Common Error No. 39


39. "Even though people are richer on average, they are no happier, so we should stop pursuing economic growth."

Surveys show roughly the same proportion of happy people as there were 20 years ago when standards of living were lower. From this Lord Layard and others conclude that economic growth does not bring happiness and that we should aim for a simpler, more equal society rather than for a wealthier one.

There are things that can be said about wealth brought by economic growth. It makes more opportunities available. At some levels it can remove unnecessary sources of unhappiness such as disease and starvation. It can make it easier to achieve goals, or to lead a more varied and fulfilling life.

Surveys about happiness also show that people say they are happier when they feel their circumstances are improving. They are less likely to profess happiness in a wealthy society that is static than in a less rich society which is advancing. It is the improvement which counts, not the actual level. Jefferson rightly pointed to "the pursuit of happiness" rather than to any given level of it.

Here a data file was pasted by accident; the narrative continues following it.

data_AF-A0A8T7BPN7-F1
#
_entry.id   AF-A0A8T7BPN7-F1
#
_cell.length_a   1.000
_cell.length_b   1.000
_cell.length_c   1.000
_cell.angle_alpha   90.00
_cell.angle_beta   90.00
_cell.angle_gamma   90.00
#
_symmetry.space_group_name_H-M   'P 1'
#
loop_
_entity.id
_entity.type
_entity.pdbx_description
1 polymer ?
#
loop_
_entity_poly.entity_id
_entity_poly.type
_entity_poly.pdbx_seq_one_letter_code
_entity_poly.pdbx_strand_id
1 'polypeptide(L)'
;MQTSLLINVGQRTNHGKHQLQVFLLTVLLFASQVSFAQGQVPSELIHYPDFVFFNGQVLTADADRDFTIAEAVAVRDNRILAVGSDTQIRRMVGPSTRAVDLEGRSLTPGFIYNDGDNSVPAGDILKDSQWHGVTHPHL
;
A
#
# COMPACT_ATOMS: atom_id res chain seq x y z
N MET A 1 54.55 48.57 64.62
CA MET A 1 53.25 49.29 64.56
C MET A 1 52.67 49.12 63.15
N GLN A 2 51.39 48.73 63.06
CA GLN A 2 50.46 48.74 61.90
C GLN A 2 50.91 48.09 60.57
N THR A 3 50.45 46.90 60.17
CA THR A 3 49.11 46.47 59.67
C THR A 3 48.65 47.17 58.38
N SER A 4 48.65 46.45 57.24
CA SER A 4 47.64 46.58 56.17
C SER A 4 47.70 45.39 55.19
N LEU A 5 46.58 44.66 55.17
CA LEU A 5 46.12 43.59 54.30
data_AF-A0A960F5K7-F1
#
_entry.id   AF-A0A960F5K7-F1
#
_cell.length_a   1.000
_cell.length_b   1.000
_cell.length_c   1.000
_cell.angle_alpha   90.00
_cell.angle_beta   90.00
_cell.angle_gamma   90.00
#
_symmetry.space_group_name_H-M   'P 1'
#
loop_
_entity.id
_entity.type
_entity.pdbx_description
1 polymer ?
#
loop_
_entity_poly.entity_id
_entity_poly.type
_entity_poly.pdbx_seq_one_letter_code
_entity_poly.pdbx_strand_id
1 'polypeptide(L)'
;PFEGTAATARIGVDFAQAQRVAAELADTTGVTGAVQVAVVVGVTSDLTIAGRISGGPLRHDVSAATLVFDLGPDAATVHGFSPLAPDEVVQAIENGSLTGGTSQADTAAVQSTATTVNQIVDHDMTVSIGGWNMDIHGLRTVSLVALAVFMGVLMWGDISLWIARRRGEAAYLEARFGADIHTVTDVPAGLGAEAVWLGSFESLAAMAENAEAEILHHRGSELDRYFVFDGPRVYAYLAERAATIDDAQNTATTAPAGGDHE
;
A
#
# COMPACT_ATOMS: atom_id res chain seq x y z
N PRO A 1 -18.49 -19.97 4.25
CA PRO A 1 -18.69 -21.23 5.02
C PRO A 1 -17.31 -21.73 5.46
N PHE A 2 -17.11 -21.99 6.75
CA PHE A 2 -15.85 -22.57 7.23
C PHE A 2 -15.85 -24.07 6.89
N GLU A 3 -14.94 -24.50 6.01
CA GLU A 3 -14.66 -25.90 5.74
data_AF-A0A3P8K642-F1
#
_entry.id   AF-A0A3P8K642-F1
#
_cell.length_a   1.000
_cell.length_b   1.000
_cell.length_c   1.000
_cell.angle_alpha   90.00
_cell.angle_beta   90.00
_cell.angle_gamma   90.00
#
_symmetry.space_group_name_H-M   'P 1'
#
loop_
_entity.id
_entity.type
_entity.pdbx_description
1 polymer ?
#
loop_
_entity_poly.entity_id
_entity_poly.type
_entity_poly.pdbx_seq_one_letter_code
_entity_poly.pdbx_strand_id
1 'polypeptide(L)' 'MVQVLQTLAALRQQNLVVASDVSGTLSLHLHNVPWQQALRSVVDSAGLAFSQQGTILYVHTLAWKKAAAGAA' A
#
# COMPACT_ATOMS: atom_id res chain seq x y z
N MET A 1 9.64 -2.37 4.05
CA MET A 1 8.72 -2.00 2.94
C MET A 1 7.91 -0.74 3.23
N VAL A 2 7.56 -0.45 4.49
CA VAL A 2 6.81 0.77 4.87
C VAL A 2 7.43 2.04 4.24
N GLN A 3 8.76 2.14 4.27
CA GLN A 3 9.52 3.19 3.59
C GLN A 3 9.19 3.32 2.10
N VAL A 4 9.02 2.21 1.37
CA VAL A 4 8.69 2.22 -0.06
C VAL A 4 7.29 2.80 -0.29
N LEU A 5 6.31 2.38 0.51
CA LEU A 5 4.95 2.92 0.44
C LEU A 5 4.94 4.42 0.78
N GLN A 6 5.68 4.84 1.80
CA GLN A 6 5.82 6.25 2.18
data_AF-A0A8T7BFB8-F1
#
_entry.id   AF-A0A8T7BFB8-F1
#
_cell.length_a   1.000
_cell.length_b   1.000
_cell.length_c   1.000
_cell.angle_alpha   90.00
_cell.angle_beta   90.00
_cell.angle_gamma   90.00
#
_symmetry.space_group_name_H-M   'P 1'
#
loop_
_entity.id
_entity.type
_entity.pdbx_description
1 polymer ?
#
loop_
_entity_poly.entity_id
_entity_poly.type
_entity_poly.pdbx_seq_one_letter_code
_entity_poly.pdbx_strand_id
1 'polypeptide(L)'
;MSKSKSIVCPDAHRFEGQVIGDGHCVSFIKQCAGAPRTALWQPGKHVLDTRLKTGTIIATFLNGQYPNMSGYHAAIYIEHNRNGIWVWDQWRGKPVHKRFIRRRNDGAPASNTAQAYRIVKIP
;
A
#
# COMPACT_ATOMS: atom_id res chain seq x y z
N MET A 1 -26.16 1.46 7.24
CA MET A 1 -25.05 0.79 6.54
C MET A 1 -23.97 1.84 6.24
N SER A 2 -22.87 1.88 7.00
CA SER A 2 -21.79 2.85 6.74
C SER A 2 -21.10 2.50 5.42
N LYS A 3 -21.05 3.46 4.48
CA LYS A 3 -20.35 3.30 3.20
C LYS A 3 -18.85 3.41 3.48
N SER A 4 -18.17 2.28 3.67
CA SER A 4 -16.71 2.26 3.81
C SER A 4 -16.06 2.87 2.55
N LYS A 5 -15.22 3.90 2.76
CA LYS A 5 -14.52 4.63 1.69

Humans are not the sort to enjoy static contentment. They seek challenges and the thrill of achievement. The peaceful calm of the Lotos Eaters is not for them, and neither are the sheep-pen and the secure pasture. Those who think of happiness as needs satisfied fail to spot that those needs include challenge and change. Humans are aspirational, seeking much more than the provision of necessities. Better a human dissatisfied than a pig satisfied.

It is not up to economic commentators to say what levels of wealth and achievement people are to be allowed to make them happy enough. People themselves will determine the limits, if any. To achieve a society in which more people are happy, far from curbing economic growth, we will aim at one which affords its citizens opportunities for advancement.